He likes her. She hates him. The puppy loves them both.

Mr. Fitzwilliam Darcy and Miss Elizabeth Bennet get off to a rocky start. Can three-month-old Scottish sheepdog, Henry, herd two stubborn individuals together long enough to realize they are the perfect partners for a lifetime?

Join in the frustration and fun when Mr. Darcy is forced to retrieve his errant puppy daily as Henry scampers from Netherfield Park to Elizabeth’s home of Longbourn. Told from her point of view, when she repeatedly spies haughty Mr. Darcy humbly showing affection to the puppy, Elizabeth is forced to acknowledge that first impressions might not always be accurate. Danger lurks, causing them to work together until Henry is safe.

Is Mr. Darcy’s bark worse than his bite? Will Elizabeth remain as stubborn as a dog with a bone? This 20,000-word novella is a blend of cranky personalities, blooming affection, and wagging puppy tails. Enjoy this Regency variation of Jane Austen’s Pride and Prejudice—where it truly is a dog’s life.

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Chapter One

Elizabeth Bennet had lived twenty years believing love at first sight was a myth promoted by lonely-hearted spinsters and unsuccessful matchmaking mothers to keep their flagging hopes alive. When she entered her secret bower early that particular autumn morning to continue reading the scandalously exciting novel her aunt had sent her, she still believed the idea of love at first sight was fanciful.

She had been nonsensical.

In the privacy of the secluded woods close to the fence line a few miles east of Longbourn, she had spied the handsomest, most attractive gent she had ever seen. Nothing other than instant love—pure, unadulterated amour of the first order—described the jolt raging through her veins at the sight of him.

Elizabeth’s heart pounded in excitement, and her palms tingled to touch him. She grinned at her own vanity in ever thinking love at first sight was impossible. How humbling!

From their youth, Jane, her eldest sister, had insisted that quickly connecting with another was not only possible, it was probable. Elizabeth’s rational mind, at least until that moment in time, had railed against the likelihood of it ever happening to any one of the five Bennet daughters. In pure imitation of her father, she had insisted any excess of emotion was only a slight inclination rather than love.

How wrong she had been. In one glimpse her heart went from adoration to infatuation. From infatuation to the greatest of all afflictions of the heart, love.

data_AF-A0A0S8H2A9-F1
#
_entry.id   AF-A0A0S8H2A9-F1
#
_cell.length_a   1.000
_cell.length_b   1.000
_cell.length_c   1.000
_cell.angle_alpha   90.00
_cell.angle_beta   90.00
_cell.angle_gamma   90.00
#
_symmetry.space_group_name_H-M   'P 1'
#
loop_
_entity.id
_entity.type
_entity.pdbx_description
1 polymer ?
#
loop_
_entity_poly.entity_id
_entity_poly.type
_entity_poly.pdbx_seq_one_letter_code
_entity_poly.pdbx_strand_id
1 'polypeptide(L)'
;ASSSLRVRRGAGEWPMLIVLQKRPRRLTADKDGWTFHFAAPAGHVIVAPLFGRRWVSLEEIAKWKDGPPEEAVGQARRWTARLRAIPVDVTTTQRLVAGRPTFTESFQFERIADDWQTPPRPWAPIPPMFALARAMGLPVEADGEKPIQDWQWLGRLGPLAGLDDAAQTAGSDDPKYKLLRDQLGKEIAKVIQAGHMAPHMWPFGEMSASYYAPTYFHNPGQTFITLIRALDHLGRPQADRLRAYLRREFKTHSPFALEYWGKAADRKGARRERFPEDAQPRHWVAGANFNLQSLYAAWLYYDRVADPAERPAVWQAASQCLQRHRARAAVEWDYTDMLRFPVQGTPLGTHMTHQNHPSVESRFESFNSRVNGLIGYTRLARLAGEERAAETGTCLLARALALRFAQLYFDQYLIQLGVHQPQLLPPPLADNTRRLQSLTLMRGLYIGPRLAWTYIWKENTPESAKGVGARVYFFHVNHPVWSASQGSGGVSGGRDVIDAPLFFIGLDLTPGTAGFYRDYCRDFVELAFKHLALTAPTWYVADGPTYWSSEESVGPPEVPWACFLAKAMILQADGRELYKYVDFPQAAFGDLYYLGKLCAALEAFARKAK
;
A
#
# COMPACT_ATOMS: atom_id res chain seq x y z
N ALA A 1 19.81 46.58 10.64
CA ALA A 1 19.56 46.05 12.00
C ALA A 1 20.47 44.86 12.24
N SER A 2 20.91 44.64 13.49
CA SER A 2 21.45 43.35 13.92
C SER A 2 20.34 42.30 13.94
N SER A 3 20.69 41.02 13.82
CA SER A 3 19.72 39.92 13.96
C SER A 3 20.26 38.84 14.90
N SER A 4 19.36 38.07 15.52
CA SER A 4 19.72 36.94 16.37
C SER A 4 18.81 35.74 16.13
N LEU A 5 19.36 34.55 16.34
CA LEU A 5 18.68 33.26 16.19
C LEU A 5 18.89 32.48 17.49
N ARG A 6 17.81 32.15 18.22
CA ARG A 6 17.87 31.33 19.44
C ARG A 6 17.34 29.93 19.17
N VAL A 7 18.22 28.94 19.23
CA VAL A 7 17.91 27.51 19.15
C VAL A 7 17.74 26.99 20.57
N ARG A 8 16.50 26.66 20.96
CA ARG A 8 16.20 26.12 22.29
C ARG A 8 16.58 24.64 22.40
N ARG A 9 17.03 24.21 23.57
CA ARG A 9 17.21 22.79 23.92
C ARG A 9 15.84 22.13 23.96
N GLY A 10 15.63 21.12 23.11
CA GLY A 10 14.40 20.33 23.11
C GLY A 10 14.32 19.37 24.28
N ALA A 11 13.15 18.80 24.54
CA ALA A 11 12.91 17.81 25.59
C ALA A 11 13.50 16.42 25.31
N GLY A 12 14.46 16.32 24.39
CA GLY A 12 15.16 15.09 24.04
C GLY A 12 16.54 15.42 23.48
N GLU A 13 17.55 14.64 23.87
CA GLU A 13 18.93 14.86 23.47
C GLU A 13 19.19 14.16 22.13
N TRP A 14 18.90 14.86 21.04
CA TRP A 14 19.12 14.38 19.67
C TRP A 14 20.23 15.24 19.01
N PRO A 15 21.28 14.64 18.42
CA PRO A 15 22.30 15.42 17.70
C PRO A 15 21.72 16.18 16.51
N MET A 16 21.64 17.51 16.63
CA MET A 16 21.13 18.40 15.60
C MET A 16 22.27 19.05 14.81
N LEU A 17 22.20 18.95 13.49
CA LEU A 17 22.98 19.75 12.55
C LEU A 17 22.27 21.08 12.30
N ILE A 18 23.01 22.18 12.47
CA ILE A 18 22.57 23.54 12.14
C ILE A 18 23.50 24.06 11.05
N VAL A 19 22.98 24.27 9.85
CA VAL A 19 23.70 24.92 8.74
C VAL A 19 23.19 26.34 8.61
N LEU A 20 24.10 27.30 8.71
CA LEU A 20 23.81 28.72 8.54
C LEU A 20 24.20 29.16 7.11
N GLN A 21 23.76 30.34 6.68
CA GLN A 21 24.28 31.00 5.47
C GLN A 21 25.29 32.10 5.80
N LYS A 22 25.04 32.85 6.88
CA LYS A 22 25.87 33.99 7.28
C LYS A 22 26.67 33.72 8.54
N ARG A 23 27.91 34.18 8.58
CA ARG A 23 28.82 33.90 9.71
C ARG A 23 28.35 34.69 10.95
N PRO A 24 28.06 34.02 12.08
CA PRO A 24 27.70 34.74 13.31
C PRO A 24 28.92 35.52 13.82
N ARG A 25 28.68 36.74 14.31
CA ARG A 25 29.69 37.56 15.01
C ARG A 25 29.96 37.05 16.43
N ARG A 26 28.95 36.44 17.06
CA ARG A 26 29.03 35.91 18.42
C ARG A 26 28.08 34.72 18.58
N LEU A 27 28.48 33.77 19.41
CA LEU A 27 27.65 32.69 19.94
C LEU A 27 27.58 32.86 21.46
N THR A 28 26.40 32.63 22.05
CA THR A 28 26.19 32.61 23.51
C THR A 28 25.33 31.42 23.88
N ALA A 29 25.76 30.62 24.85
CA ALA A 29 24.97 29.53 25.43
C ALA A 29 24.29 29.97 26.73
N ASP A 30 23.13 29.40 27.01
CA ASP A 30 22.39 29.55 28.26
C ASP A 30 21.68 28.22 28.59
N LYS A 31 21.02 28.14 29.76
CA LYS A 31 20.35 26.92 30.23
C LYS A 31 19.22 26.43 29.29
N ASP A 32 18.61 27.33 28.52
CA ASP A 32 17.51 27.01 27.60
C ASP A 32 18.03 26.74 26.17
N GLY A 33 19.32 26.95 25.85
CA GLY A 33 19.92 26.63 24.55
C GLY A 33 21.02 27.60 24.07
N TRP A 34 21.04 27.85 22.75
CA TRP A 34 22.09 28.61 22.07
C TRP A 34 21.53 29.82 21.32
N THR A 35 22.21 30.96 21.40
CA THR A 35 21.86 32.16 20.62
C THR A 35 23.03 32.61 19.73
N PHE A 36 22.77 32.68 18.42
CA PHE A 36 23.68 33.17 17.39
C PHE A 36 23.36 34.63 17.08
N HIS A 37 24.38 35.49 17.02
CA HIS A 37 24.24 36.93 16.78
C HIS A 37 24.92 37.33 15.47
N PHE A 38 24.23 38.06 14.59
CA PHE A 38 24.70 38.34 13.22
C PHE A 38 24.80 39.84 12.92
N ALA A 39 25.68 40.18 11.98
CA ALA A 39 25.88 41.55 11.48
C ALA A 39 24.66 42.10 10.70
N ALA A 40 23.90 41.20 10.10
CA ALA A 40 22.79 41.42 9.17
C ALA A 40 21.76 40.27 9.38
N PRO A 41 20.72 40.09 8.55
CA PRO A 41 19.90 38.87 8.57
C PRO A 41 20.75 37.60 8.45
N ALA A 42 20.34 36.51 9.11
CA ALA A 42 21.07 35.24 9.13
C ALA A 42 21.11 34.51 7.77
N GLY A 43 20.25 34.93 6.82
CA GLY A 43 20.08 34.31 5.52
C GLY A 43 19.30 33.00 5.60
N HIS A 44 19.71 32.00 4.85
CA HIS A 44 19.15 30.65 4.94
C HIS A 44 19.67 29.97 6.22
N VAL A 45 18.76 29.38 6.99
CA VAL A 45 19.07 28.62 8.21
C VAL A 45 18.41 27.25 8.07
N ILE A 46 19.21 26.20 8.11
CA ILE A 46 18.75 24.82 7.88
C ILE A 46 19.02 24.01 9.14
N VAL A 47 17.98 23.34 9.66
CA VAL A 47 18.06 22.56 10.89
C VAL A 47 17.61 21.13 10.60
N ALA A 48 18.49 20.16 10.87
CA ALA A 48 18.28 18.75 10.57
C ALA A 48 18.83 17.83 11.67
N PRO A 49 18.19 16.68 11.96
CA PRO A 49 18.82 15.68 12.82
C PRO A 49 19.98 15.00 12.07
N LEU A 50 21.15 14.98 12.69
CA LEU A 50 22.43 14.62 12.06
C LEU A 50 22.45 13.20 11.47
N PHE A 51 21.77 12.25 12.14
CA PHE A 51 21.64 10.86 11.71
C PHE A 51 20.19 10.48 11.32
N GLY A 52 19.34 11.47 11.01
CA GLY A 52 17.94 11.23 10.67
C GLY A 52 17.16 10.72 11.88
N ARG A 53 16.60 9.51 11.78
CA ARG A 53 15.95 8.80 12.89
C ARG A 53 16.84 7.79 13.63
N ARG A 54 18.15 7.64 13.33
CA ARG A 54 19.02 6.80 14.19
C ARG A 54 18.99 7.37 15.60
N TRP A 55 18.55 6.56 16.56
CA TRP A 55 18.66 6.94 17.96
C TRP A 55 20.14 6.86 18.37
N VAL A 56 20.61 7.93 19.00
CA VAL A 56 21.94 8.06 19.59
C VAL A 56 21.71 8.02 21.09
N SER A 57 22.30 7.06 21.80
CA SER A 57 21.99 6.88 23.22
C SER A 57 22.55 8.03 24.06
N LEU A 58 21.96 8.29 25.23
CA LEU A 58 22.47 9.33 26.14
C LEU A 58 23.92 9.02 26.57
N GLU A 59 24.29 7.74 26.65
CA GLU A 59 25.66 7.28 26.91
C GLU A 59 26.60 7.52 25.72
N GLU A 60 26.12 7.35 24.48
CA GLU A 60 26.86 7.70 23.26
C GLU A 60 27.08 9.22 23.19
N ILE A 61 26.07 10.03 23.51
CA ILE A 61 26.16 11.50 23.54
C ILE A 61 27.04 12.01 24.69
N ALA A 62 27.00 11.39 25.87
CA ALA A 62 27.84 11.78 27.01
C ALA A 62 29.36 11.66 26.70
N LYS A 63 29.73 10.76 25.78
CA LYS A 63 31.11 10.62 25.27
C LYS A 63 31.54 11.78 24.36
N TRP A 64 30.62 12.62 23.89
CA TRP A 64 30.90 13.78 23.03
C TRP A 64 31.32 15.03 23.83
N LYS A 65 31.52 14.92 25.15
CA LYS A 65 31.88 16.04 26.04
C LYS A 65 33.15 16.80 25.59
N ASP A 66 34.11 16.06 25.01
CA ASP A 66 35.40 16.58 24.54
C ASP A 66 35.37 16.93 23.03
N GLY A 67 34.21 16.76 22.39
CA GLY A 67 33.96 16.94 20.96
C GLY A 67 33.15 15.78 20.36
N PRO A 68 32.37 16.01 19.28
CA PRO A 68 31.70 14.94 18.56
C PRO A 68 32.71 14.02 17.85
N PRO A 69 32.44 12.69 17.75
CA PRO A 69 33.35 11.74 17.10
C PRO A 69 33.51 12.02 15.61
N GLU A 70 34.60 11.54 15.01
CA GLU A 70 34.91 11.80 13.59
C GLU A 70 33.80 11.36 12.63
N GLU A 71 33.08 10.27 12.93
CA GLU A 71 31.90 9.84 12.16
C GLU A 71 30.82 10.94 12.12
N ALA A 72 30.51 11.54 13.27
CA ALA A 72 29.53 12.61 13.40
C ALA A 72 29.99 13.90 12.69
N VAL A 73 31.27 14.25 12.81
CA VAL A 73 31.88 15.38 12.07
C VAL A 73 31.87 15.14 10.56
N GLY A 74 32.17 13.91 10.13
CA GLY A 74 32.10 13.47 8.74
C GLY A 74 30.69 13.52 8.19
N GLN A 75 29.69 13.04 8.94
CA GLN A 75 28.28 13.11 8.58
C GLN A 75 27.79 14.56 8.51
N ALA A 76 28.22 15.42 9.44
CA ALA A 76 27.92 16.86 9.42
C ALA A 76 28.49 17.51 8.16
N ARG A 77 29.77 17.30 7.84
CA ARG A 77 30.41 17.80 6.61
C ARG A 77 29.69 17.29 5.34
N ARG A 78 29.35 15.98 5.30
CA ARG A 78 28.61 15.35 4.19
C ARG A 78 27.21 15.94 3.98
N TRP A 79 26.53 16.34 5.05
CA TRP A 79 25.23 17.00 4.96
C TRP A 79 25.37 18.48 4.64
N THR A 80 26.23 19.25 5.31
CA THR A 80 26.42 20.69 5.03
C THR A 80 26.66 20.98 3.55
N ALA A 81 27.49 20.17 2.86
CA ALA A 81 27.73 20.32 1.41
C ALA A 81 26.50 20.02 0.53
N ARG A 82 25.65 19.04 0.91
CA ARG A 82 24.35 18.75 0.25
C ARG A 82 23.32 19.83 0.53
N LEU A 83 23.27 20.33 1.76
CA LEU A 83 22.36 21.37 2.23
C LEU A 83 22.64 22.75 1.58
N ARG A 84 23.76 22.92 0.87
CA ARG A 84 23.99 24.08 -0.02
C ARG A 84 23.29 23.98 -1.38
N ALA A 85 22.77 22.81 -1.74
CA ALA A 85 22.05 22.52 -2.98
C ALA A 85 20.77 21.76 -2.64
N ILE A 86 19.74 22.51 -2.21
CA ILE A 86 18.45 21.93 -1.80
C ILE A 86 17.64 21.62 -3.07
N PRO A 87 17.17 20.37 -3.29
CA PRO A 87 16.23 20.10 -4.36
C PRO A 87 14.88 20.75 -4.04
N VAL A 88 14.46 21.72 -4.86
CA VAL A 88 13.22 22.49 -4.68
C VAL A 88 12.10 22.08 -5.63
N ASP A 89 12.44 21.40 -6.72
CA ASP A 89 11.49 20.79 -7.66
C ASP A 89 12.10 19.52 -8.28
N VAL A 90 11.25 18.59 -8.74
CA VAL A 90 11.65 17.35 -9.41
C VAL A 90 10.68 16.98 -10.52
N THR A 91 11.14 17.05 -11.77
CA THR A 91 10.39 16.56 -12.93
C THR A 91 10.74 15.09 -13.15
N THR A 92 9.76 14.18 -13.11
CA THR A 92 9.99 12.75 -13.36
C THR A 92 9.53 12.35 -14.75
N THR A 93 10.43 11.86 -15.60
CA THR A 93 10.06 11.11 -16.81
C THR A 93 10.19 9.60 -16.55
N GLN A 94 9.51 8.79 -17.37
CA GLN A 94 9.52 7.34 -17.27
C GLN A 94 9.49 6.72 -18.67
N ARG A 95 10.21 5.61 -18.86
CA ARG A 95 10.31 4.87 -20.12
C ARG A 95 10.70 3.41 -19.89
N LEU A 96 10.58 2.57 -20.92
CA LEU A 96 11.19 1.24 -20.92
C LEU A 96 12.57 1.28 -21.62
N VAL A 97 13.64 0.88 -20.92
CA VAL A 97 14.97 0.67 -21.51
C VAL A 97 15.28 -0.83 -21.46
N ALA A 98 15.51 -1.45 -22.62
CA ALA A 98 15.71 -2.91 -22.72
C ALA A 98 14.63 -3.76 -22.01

In truth, Elizabeth had witnessed a hint of the raw emotion the previous evening when she watched Mr. Charles Bingley, the current lessee of Netherfield Park, catch sight of Jane. However, his reaction paled next to the powerful feelings currently flooding Elizabeth.

How could an instantaneous glance bring a joy so magnificent it shook her from her dark curls to the tips of her toes?

Oh, but he was a darling, and…he was rapidly approaching.

Excitement burst into her chest. Her breath quickened. Kneeling on the well-used path, Elizabeth was completely unaware of the dampness from the grass soaking her hem. When he came closer, she realized his excitement may have exceeded her own. For his tail waggled his hindquarters until they bounced.

The puppy stopped in front of her and dipped his head to his front paws in silent obeisance. Then, he yipped, his white-tipped tail dancing back and forth with rapidity.

She extended her hand to allow him to sniff her scent. Apparently, he liked what he smelled because the pace of his tail increased, a feat she had assumed was impossible. She scratched him under the chin, the soft, fuzzy fur tickling her fingertips.

“Oh, but you are a handsome laddie,” she giggled as he nuzzled his nose into her palm, sniffing and blowing his puppy breath on her wrist.

He barked, then turned to glance longingly at the field adjacent to the path.

Elizabeth loved the breed. Scottish sheepdog or collies were highly intelligent animals who enjoyed nothing more than clear direction from a shepherd and a flock of sheep who needed guidance. They gladly worked from sunrise to sunset, exercising their instinct to herd and run.

The puppy appeared to be about three or four months old, with a roly-poly roundness he would lose as he matured. His coat was a bold mix of black and white splotches. Whomever he belonged to took good care of the animal.

Like the majority of his ancestors, he was a happy little fellow.

Elizabeth, having been born and raised in the neighborhood, knew of no collies who had produced litters that spring. Therefore, she easily concluded the pup was supposed to be at Netherfield Park, accompanying Mr. Bingley.

Netherfield Park, Mr. Bingley’s estate, was almost one mile from where she had been sitting. The puppy had traveled far for one so young. For a certainty, Mr. Bingley must be deeply concerned. “Go, little one. Your master will be looking for you, I imagine.”

Obediently, the puppy spun to the direction from which he had arrived. Nevertheless, within seconds he was distracted by a mouse. Without any guidance, the dog attempted to herd the rodent. Unfortunately for the pup, the mouse had no desire to follow the canine’s lead.